hungarian woman reaches under a partition for money

A Hungarian woman exchanges forints for euros at a currency exchange shop in Esztergom, Hungary Nov. 11, 2017. 

 

Credit:

Laszlo Balogh/Reuters 

Hungarian Prime Minister Viktor Orbán has called for larger Hungarian families to combat the country's low birth rate and shrinking labor force. 

In exchange for all the baby-making, he's willing to provide financial benefits and programs for women. Benefits include loan expansion programs, subsidies for cars, and for women with four or more children, no required income tax. 

Related: These women are challenging Hungary’s ‘men in suits’ politics

“In all of Europe there are fewer and fewer children, and the answer of the West to this is migration. They want as many migrants to enter as they are missing kids, so that the numbers will add up," Orbán said in his annual state of the nation address. “We Hungarians have a different way of thinking. Instead of just numbers, we want Hungarian children. Migration for us is surrender.”

Orbán and his wife have five children. 

The World's Marco Werman sat down with Kim Lane Scheppelle, an expert on Hungary and a professor at Princeton University, to chat about the motives behind Orbán's latest pro-baby policy (this is not the first time) and how women fit into Hungarian society. 

What do you make of Orbán's announcement over the weekend that women with four or more children won't have to pay income taxes? What's that about? 

Orbán has backed himself into a corner and he's using a way to get out of that corner that we've seen before. So the corner he's in is that Hungary really has a failing economic model. His policies have driven, some say, up to a million Hungarians out of the country and yet he's also come down very hard against any form of immigration. So, the question is: "How [can] Hungary maintain a labor force if it's losing its population?" And his answer is: "Let's get women to have more kids so that there will be Hungarians to actually hold up the economy." Now, it's all very familiar because Orbán has a terrible track record on women and so the idea that women are going to bail him out of this problem is something that I think is familiar to a lot of us who watched him in action for a long time. So, women are going to bear the burden of Orbán's failed economic policies.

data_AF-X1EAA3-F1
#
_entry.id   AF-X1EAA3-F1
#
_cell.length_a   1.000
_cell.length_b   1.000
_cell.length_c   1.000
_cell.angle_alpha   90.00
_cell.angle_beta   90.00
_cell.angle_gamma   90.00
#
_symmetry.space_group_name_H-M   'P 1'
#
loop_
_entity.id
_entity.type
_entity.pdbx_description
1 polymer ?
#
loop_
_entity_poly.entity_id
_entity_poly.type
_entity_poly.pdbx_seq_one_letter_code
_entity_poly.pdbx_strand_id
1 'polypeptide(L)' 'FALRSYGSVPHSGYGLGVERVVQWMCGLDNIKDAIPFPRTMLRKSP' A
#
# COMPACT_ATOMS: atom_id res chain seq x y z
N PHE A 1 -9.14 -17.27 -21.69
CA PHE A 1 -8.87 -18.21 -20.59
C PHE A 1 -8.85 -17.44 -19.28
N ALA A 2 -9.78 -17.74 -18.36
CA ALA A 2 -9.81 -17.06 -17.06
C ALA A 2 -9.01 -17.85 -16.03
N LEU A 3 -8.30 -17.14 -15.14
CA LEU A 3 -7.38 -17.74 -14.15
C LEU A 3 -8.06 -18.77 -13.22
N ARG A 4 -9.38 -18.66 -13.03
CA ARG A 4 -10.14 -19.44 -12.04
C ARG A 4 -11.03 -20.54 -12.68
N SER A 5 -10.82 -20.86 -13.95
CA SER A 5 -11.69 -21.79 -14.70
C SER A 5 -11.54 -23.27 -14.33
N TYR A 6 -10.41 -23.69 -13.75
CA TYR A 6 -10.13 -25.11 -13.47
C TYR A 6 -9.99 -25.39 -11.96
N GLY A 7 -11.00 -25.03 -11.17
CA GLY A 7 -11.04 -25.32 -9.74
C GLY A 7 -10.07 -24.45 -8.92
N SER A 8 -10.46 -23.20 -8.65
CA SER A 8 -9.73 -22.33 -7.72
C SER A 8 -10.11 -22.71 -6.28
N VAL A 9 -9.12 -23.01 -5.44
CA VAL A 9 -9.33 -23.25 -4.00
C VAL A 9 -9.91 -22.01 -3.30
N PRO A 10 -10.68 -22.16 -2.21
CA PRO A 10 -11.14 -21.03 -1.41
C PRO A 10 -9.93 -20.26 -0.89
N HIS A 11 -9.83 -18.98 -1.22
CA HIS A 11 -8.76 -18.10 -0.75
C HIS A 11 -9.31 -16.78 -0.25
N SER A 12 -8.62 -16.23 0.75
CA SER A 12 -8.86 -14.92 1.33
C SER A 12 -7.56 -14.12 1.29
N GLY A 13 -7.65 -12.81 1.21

I mean, it's obviously oppressive for women. Is Orbán also trying to create kind of, Hungarian human facts on the ground, kind of an anti-immigrant policy? 

Yes. Well, this is part of his policy to shore up Hungary for the Hungarians. I mean Hungary, like many of the countries in Eastern Europe and, for that matter, like many advanced democracies around the world, is having a declining birthrate. And if they don't have immigration or some other way of bolstering the population numbers, they're going to be a declining country and now that Orbán has come out so strongly against immigration, this is his way back. One thing I think it's important to say about Orbán and his policies about women is that he's long been an advocate of big families. He himself has a big family. This is something that very much comes with the territory of Hungarian nationalism. And right now, the group in Hungary that has the largest families are the Roma minority who have really taken a hit under the Orbán government. So it'll be interesting to see whether his policy really applies universally or whether it applies only to the Hungarians. 

Related: As Orbán rises, Hungary's free press falls

How does Hungary's treatment of women in 2019 compare to the Communist era? 

Well, in the Communist era, of course, women were recruited into the workforce and were actually promoted at much higher levels than they are now. So, in some ways, the Communist era was a golden age for women. Now, it was a golden age and it wasn't — since it was so awful for everybody — having a great fate in a golden age means that you're not so well-off. So, you know women were overwhelmingly all of the all of the judges, all of the doctors, some professions that we think of as relatively prestigious professions were actually completely dominated by women during the Communist time. Now, of course, they were dominated by women because they weren't such high-status professions then. But still, women have really had a lot of education and a history of great accomplishment in Hungary. The post-Communist period saw women really getting knocked back into very traditional roles. 

Job ads started being highly gendered. So, you know there would be an advertisement for a manager and it would literally say "we want a man for the job" or "secretaries with flirtatious abilities." And those would be jobs for women. So this kind of segregation of men and women has happened throughout the post-Communist time and Viktor Orbán's party has simply made that worse. 

This interview has been edited and condensed for clarity. 

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